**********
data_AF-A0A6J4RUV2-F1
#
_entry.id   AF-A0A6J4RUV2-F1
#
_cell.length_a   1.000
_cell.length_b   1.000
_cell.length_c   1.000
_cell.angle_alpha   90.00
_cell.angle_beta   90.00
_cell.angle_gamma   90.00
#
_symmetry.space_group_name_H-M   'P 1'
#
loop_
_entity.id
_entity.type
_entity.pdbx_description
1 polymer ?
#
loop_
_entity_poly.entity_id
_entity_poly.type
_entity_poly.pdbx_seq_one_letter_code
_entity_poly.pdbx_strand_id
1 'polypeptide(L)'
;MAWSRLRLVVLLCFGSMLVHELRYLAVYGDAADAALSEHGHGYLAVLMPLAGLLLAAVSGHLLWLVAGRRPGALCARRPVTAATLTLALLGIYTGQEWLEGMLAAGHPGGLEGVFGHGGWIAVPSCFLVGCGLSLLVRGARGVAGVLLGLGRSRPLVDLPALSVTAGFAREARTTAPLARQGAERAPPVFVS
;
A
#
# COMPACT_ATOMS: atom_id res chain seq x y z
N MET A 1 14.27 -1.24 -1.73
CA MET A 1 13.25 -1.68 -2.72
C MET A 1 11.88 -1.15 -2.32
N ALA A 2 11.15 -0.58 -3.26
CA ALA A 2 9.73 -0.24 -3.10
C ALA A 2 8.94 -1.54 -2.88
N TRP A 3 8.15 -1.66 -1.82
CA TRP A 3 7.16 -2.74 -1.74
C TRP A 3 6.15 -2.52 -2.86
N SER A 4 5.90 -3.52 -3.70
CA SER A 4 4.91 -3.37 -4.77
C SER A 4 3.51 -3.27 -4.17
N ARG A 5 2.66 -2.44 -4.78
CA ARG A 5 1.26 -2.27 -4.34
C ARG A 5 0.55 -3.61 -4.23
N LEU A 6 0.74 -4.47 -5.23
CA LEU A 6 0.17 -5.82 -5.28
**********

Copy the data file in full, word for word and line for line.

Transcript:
data_AF-A0A6J4RUV2-F1
#
_entry.id   AF-A0A6J4RUV2-F1
#
_cell.length_a   1.000
_cell.length_b   1.000
_cell.length_c   1.000
_cell.angle_alpha   90.00
_cell.angle_beta   90.00
_cell.angle_gamma   90.00
#
_symmetry.space_group_name_H-M   'P 1'
#
loop_
_entity.id
_entity.type
_entity.pdbx_description
1 polymer ?
#
loop_
_entity_poly.entity_id
_entity_poly.type
_entity_poly.pdbx_seq_one_letter_code
_entity_poly.pdbx_strand_id
1 'polypeptide(L)'
;MAWSRLRLVVLLCFGSMLVHELRYLAVYGDAADAALSEHGHGYLAVLMPLAGLLLAAVSGHLLWLVAGRRPGALCARRPVTAATLTLALLGIYTGQEWLEGMLAAGHPGGLEGVFGHGGWIAVPSCFLVGCGLSLLVRGARGVAGVLLGLGRSRPLVDLPALSVTAGFAREARTTAPLARQGAERAPPVFVS
;
A
#
# COMPACT_ATOMS: atom_id res chain seq x y z
N MET A 1 14.27 -1.24 -1.73
CA MET A 1 13.25 -1.68 -2.72
C MET A 1 11.88 -1.15 -2.32
N ALA A 2 11.15 -0.58 -3.26
CA ALA A 2 9.73 -0.24 -3.10
C ALA A 2 8.94 -1.54 -2.88
N TRP A 3 8.15 -1.66 -1.82
CA TRP A 3 7.16 -2.74 -1.74
C TRP A 3 6.15 -2.52 -2.86
N SER A 4 5.90 -3.52 -3.70
CA SER A 4 4.91 -3.37 -4.77
C SER A 4 3.51 -3.27 -4.17
N ARG A 5 2.66 -2.44 -4.78
CA ARG A 5 1.26 -2.27 -4.34
C ARG A 5 0.55 -3.61 -4.23
N LEU A 6 0.74 -4.47 -5.23
CA LEU A 6 0.17 -5.82 -5.28